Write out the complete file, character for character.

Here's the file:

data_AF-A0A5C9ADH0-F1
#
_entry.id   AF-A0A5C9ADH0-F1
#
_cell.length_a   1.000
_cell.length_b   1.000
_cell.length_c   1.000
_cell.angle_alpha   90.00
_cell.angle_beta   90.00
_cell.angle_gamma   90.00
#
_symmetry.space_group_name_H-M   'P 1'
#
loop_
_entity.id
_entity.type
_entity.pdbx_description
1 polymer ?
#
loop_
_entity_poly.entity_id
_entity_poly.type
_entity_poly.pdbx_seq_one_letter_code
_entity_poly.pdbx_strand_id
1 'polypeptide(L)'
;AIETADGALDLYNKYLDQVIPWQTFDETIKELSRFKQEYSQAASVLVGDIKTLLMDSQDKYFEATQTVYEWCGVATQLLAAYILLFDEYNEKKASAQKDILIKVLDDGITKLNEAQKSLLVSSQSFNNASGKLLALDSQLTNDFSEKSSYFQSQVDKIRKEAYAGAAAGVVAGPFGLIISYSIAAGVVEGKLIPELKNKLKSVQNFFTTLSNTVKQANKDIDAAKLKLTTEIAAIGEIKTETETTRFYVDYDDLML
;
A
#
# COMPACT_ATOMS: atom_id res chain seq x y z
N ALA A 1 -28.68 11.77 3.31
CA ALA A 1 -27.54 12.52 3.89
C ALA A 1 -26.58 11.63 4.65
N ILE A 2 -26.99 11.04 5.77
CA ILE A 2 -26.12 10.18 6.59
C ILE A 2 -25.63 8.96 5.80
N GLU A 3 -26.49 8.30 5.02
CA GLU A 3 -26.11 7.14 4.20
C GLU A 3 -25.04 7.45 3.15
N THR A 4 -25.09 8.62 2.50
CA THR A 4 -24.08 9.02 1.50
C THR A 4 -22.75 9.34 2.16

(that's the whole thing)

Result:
data_AF-A0A5C9ADH0-F1
#
_entry.id   AF-A0A5C9ADH0-F1
#
_cell.length_a   1.000
_cell.length_b   1.000
_cell.length_c   1.000
_cell.angle_alpha   90.00
_cell.angle_beta   90.00
_cell.angle_gamma   90.00
#
_symmetry.space_group_name_H-M   'P 1'
#
loop_
_entity.id
_entity.type
_entity.pdbx_description
1 polymer ?
#
loop_
_entity_poly.entity_id
_entity_poly.type
_entity_poly.pdbx_seq_one_letter_code
_entity_poly.pdbx_strand_id
1 'polypeptide(L)'
;AIETADGALDLYNKYLDQVIPWQTFDETIKELSRFKQEYSQAASVLVGDIKTLLMDSQDKYFEATQTVYEWCGVATQLLAAYILLFDEYNEKKASAQKDILIKVLDDGITKLNEAQKSLLVSSQSFNNASGKLLALDSQLTNDFSEKSSYFQSQVDKIRKEAYAGAAAGVVAGPFGLIISYSIAAGVVEGKLIPELKNKLKSVQNFFTTLSNTVKQANKDIDAAKLKLTTEIAAIGEIKTETETTRFYVDYDDLML
;
A
#
# COMPACT_ATOMS: atom_id res chain seq x y z
N ALA A 1 -28.68 11.77 3.31
CA ALA A 1 -27.54 12.52 3.89
C ALA A 1 -26.58 11.63 4.65
N ILE A 2 -26.99 11.04 5.77
CA ILE A 2 -26.12 10.18 6.59
C ILE A 2 -25.63 8.96 5.80
N GLU A 3 -26.49 8.30 5.02
CA GLU A 3 -26.11 7.14 4.20
C GLU A 3 -25.04 7.45 3.15
N THR A 4 -25.09 8.62 2.50
CA THR A 4 -24.08 9.02 1.50
C THR A 4 -22.75 9.34 2.16